Camille Phillips | St. Louis Public Radio

Updated 6:06 p.m. Sunday, Nov. 30, with a response from Ferguson city officials.

Ferguson city officials confirmed Sunday that Darren Wilson is no longer a member of the Ferguson Police Department.

NAACP President Cornell William Brooks leads first day of march to Jefferson City on Saturday, November 29, 2014.
Camille Phillips/St. Louis Public Radio

About 150 people set out from Ferguson Saturday on the first leg of a seven-day, 134 mile march to end racial profiling organized by the NAACP. Some participants, such as NAACP president Cornell William Brooks, plan on walking all the way to the governor’s mansion in Jefferson City.

Others, such as Tim and Tia Swain, are walking a day or two. The couple drove out from Indianapolis to be part of the action, but have work commitments later in the week.

Tia Swain said she and her husband are marching for equal access to justice regardless of skin color.

The Fashions R Boutique was one of 13 businesses in Dellwood that burned down during Monday's riots following the announcement of the Darren Wilson grand jury decision.
Stephanie Lecci | St. Louis Public Radio

 

Echoing the mayor of neighboring city Ferguson, the mayor of Dellwood is adding his voice to the criticism of Gov. Jay Nixon and demanding answers in the aftermath of Monday's riots.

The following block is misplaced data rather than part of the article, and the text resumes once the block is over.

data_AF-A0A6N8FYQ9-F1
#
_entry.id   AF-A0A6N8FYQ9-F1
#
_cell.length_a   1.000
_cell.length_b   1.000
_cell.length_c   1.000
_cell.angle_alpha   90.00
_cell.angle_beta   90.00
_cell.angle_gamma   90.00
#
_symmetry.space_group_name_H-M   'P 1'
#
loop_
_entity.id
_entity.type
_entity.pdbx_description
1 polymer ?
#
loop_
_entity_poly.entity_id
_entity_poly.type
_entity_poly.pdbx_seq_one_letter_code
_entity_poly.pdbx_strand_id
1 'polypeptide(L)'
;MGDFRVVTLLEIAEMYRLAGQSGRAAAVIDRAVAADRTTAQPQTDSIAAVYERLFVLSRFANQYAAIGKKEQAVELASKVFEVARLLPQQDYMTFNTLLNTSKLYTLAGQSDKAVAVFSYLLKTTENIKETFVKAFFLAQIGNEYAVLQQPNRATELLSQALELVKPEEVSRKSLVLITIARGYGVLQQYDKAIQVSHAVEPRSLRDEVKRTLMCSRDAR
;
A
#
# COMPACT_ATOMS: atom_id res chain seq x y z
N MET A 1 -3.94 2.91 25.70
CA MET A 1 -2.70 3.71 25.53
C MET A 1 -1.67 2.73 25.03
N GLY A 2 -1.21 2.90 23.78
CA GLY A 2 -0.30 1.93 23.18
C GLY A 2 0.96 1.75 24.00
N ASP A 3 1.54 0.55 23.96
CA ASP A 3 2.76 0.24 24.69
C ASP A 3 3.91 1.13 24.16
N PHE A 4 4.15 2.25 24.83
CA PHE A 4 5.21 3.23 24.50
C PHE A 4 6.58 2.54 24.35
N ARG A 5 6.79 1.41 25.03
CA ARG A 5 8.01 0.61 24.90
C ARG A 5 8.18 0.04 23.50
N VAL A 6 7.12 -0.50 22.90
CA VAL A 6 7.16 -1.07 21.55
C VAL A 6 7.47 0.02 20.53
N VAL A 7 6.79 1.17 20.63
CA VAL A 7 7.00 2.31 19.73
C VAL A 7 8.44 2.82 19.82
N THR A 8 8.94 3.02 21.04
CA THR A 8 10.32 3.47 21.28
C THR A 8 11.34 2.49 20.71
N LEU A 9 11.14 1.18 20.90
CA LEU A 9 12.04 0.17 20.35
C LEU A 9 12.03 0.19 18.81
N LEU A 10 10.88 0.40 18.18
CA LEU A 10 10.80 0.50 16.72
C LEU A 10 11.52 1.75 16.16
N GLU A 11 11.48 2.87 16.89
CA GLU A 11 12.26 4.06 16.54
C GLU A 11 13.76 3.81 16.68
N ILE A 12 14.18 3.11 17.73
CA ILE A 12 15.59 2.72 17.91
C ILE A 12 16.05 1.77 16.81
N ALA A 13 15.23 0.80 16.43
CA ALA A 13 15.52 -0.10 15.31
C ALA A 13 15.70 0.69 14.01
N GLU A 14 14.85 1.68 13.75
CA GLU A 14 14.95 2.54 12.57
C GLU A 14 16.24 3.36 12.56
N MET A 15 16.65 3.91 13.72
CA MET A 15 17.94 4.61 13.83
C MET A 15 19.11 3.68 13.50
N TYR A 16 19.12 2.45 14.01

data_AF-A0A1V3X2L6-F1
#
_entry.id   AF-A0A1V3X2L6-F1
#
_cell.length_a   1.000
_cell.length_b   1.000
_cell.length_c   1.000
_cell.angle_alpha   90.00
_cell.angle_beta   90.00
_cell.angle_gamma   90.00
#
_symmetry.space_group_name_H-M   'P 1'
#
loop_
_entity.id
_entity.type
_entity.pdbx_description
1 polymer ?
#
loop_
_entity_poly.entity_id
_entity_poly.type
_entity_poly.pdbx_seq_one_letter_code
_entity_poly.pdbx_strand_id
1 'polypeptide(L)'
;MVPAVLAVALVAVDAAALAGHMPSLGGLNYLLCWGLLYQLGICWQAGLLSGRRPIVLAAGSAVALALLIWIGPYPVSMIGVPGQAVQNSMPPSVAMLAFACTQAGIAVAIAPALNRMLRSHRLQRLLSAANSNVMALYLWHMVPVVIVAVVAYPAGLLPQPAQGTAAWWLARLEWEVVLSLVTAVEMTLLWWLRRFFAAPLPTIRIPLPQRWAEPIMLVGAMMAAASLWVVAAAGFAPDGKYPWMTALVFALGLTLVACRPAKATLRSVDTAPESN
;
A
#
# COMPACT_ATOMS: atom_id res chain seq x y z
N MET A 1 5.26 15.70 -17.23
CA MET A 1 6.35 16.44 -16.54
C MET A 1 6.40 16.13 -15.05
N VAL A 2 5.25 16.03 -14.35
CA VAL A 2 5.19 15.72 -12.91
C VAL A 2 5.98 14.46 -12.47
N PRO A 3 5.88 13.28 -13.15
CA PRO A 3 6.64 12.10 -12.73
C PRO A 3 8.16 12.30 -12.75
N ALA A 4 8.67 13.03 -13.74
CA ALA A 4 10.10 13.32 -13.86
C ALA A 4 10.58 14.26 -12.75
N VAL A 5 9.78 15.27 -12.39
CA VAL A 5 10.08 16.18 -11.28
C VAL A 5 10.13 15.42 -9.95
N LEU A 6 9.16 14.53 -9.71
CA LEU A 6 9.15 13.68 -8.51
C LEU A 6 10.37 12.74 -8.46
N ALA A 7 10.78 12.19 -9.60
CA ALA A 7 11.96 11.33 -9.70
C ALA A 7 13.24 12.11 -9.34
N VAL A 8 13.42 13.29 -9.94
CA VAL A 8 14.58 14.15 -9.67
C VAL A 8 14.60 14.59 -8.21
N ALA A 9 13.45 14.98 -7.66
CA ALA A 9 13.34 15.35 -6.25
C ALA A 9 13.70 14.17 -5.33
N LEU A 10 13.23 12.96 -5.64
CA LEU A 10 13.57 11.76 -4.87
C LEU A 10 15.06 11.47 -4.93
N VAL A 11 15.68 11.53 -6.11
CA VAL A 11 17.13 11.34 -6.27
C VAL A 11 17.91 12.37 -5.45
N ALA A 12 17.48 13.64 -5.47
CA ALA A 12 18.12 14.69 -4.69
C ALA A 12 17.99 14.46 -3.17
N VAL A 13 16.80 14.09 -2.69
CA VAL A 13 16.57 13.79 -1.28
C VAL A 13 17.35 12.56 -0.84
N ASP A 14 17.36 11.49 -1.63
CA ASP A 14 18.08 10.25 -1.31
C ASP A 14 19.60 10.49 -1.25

Mayor Reggie Jones said Dellwood was promised its business district would be protected by National Guard troopers, but he said "they failed to arrive."

While Ferguson has "gotten more attention," Jones said, his city saw the most damage and he wants to make sure his city also gets the resources it needs to recover. 

(Nancy Fowler | St. Louis Public Radio)

Smoke filled the air on more than one corner in the city of Ferguson Tuesday morning, following a night of turmoil.

The unrest followed a grand jury decision not to indict Ferguson police officer Darren Wilson, who shot and killed unarmed teenager Michael Brown on Aug. 9. Brown's parents, St. Louis officials and even President Barack Obama called on demonstrators to protest peacefully and many did.